• 862-879: Prince of Novgorod

Rurik, Prince of Novgorod, was born circa 832 and died 879 of unspecified causes. He married Efanda of Urman .


Rurik (also spelled Rorik, Riurik or Ryurik;[1][2][3][4] Template:Lang-orv, from Old Norse Hrøríkʀ; Russian: Рюрик; died 879)[lower-alpha 1] was a semi-legendary Varangian chieftain of the Rus' who in the year 862 was invited to reign in Novgorod.[1][5] According to the Primary Chronicle, Rurik was succeeded by his kinsman Oleg who was regent for his infant son Igor.

He is considered to be the founder of the Rurik dynasty, which went on to rule Kievan Rus' and its principalities, and ultimately the Tsardom of Russia, until the death of Feodor I in 1598. Vasili IV, who reigned until 1610, was the last Rurikid monarch of Russia.[6]

Rurik is a legendary figure in Russian history who is said to have been the founder of the Rurik dynasty, which ruled over the Kievan Rus, a medieval state that existed from the 9th to the 13th centuries. However, the exact details of his life are shrouded in mystery and many of the stories surrounding him are considered to be more legend than fact.

According to tradition, Rurik was a Varangian (Viking) warrior who was invited by the Slavic tribes of the region to come and rule over them. He is said to have arrived in the area around the city of Novgorod in the late 9th century AD, with two other Viking leaders named Sineus and Truvor. Together, the three of them established the first ruling dynasty of the Kievan Rus.

The earliest surviving written record of Rurik comes from the 12th century AD, in the Primary Chronicle, a historical text that chronicles the early history of the Kievan Rus. According to the Chronicle, Rurik ruled over the region for many years and was succeeded by his kinsmen, who continued to rule over the area for several centuries.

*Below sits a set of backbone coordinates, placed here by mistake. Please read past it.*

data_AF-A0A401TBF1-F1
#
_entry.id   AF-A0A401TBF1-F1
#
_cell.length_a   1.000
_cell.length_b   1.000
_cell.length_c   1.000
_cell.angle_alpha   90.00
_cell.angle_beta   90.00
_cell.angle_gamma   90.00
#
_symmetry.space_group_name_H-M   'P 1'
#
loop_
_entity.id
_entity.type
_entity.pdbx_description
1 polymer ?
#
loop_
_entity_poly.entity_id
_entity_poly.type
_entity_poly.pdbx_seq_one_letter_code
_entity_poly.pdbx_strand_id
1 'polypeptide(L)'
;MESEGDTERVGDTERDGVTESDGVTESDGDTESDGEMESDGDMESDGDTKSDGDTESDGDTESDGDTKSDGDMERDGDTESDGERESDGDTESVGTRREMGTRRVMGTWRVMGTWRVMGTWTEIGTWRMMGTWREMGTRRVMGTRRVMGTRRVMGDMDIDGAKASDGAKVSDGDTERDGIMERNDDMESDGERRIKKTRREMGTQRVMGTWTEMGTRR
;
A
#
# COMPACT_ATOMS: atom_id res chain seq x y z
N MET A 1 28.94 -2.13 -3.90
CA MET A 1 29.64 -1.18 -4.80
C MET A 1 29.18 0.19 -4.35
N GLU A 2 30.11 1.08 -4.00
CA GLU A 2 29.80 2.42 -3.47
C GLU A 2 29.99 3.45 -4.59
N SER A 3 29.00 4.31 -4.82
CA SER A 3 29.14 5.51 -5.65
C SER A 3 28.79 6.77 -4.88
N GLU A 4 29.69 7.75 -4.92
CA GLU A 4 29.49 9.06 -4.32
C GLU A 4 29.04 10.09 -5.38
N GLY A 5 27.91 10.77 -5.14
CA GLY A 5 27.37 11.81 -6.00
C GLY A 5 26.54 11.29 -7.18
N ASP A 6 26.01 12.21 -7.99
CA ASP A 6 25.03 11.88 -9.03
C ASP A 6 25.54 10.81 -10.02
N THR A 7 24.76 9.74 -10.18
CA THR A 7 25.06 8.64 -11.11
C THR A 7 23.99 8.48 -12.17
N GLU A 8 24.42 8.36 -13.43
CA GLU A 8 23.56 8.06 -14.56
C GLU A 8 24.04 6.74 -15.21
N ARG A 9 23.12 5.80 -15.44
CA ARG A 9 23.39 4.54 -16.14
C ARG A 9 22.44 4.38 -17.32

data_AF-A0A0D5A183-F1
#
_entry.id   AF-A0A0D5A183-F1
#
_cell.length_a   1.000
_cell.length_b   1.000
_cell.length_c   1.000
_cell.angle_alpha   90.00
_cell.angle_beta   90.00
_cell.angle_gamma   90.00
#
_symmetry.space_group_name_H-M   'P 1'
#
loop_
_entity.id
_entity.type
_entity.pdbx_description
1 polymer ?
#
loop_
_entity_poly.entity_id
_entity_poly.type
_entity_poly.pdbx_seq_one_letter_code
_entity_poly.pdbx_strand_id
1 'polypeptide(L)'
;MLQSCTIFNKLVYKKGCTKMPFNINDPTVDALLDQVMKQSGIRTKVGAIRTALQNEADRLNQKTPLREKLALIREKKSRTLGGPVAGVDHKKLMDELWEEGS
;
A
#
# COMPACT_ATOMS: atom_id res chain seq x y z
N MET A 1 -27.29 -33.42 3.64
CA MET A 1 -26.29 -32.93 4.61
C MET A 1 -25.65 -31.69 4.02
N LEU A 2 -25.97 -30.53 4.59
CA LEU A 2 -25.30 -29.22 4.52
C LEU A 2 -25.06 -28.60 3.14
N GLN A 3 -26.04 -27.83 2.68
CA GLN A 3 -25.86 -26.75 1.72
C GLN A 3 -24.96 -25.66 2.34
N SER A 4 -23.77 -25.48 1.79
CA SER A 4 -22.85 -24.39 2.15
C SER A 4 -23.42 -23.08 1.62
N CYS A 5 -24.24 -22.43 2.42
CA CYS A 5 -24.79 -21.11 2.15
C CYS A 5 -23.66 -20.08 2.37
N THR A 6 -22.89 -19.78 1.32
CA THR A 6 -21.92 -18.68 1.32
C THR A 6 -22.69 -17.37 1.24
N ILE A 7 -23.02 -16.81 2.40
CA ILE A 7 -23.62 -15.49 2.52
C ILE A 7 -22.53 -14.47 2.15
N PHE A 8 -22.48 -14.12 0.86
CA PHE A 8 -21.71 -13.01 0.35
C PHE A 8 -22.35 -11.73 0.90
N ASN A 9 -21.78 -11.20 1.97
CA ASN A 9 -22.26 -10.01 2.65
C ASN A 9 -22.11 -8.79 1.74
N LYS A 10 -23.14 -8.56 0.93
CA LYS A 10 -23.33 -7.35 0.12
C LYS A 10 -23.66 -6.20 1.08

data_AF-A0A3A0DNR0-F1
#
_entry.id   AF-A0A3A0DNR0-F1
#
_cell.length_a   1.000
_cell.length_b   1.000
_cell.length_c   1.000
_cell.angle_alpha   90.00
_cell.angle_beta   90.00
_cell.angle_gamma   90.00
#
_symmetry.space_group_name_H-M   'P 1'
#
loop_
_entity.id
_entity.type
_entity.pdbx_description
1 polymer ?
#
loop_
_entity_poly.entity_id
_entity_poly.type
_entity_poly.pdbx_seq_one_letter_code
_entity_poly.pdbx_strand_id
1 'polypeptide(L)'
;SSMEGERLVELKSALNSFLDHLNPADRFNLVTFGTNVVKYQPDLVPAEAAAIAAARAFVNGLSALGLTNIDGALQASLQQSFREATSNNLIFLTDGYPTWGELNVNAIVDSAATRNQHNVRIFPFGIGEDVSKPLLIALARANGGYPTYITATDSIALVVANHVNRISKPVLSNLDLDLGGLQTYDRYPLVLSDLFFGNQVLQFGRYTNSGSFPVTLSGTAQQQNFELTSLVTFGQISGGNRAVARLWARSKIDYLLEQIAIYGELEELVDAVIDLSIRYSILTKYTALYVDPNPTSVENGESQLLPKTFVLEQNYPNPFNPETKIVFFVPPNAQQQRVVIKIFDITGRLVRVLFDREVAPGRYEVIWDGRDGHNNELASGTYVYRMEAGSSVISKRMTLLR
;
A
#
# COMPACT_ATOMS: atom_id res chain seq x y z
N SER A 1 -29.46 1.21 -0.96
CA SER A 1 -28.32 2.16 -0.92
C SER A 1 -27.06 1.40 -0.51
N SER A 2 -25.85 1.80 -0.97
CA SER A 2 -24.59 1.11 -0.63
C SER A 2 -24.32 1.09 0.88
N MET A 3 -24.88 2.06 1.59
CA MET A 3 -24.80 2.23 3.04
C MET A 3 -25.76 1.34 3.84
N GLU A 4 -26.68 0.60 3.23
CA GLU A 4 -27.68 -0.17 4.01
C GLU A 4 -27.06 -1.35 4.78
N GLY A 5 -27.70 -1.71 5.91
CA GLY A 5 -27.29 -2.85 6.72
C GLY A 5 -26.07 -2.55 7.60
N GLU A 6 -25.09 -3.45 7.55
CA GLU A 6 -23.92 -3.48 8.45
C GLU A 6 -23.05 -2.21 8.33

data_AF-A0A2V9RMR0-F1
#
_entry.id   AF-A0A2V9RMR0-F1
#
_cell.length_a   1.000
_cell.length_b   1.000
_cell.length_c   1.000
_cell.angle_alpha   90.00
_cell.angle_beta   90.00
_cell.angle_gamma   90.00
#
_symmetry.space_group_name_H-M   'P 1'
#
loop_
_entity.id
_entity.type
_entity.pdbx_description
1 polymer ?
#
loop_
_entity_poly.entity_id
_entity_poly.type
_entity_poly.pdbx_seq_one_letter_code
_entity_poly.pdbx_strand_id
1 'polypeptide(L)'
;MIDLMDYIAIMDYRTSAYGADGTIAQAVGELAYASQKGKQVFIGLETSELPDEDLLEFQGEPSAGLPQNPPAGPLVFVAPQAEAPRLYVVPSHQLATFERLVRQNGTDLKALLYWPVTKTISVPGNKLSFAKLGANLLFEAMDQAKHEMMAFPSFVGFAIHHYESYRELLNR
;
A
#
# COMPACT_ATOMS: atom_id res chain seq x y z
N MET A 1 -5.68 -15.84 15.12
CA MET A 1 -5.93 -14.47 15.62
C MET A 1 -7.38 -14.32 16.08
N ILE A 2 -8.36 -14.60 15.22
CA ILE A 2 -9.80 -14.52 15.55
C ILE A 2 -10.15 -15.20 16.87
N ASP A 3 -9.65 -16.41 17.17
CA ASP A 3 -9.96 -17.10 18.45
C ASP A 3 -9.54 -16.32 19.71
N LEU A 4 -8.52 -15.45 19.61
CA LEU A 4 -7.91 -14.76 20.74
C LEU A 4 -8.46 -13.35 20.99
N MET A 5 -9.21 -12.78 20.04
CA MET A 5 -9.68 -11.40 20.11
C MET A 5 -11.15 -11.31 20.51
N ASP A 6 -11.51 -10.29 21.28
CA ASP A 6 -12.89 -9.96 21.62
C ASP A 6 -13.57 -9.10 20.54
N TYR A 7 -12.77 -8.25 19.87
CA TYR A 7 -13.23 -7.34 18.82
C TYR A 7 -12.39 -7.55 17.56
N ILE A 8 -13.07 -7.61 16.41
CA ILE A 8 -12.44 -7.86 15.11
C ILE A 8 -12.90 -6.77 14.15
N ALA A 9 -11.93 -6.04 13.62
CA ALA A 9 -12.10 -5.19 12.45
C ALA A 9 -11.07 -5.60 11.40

While the details of Rurik's life are unclear, his legacy is significant. He is considered to be the founder of the Russian state and his descendants went on to rule over the Kievan Rus, as well as other parts of Eastern Europe, for centuries. The Rurik dynasty played a crucial role in the formation of the Russian state and its early development, and Rurik himself is remembered as a great leader who united the Slavic tribes and laid the foundations for the Russian nation.

Rurik Family Ancestry


Rurik and his brothers Sineus and Truvor arrive at Ladoga by Viktor Vasnetsov

The Rurik dynasty (or Rurikids) went on to rule Kievan Rus', and ultimately the Tsardom of Russia, until 1598, and numerous noble families in the former lands of Kievan Rus' claim male-line descent from Rurik. The last Rurikid to rule Russia was Tsar Vasily IV (from the House of Shuysky, cadet branch of the House of Rurik), who reigned until 1610. The Romanovs were also related to descendants of Rurik. They were related to Rurik through marriage. The descendants of the princely families allegedly inherited from Rurik are still living.[7]

As there are no remains of Rurik, the DNA of Rurik himself cannot be studied. The Y chromosomes of people thought to be the modern descendants of Rurik are often a subset of haplogroup N, traditionally called N1c and now known as N1a. Since then, the same N1c form has been found in other princely families descended from Rurik. These families are called Rurikids. However, not all the supposed descendants of Rurik have it.[7]

Succession and Children

Rurik remained in power until his death in 879. On his deathbed, Rurik bequeathed his realm to Oleg, who belonged to his kin, and entrusted to Oleg's hands his son Igor of Kiev, for he was very young. Oleg moved the capital to Kiev (by murdering the then-rulers and taking the city) and founded the state of Kievan Rus', which was ruled by Rurik's successors (his son Igor and Igor's descendants). The state persisted until the Mongol invasion in 1240.


Offspring of Rurik and Efanda of Urman
Name Birth Death Joined with
Igor Ryurikovich of Kiev (c878-945) 878 945 Korosten, Korosten Rayon, Zhytomyr Oblast, Ukraine Olga of Kiev (c890-969)


Research Notes

Sparse Info on Ancestry

Some information in this article or section has not been verified and may not be reliable.
Please check for any inaccuracies, and modify and cite sources as needed.